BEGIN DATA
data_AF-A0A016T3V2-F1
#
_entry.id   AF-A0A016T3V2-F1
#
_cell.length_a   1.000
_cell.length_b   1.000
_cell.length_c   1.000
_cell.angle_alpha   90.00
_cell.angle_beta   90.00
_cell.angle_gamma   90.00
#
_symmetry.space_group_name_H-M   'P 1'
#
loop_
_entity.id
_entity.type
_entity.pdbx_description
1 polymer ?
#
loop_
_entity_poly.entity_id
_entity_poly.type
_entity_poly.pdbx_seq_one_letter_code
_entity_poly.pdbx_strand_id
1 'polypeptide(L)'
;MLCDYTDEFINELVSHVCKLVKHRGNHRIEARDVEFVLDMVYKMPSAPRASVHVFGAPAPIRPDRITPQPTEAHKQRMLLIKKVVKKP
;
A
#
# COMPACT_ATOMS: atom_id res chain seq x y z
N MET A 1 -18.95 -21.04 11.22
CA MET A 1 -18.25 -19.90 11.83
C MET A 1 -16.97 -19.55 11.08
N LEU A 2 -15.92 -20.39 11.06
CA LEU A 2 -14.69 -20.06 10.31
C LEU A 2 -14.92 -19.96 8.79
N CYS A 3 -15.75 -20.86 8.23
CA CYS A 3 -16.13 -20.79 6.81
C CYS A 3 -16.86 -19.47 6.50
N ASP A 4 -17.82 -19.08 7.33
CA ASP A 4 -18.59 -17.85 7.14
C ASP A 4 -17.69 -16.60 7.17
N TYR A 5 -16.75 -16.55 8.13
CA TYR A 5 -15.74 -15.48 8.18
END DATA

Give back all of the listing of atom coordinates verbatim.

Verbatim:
data_AF-A0A016T3V2-F1
#
_entry.id   AF-A0A016T3V2-F1
#
_cell.length_a   1.000
_cell.length_b   1.000
_cell.length_c   1.000
_cell.angle_alpha   90.00
_cell.angle_beta   90.00
_cell.angle_gamma   90.00
#
_symmetry.space_group_name_H-M   'P 1'
#
loop_
_entity.id
_entity.type
_entity.pdbx_description
1 polymer ?
#
loop_
_entity_poly.entity_id
_entity_poly.type
_entity_poly.pdbx_seq_one_letter_code
_entity_poly.pdbx_strand_id
1 'polypeptide(L)'
;MLCDYTDEFINELVSHVCKLVKHRGNHRIEARDVEFVLDMVYKMPSAPRASVHVFGAPAPIRPDRITPQPTEAHKQRMLLIKKVVKKP
;
A
#
# COMPACT_ATOMS: atom_id res chain seq x y z
N MET A 1 -18.95 -21.04 11.22
CA MET A 1 -18.25 -19.90 11.83
C MET A 1 -16.97 -19.55 11.08
N LEU A 2 -15.92 -20.39 11.06
CA LEU A 2 -14.69 -20.06 10.31
C LEU A 2 -14.92 -19.96 8.79
N CYS A 3 -15.75 -20.86 8.23
CA CYS A 3 -16.13 -20.79 6.81
C CYS A 3 -16.86 -19.47 6.50
N ASP A 4 -17.82 -19.08 7.33
CA ASP A 4 -18.59 -17.85 7.14
C ASP A 4 -17.69 -16.60 7.17
N TYR A 5 -16.75 -16.55 8.13
CA TYR A 5 -15.74 -15.48 8.18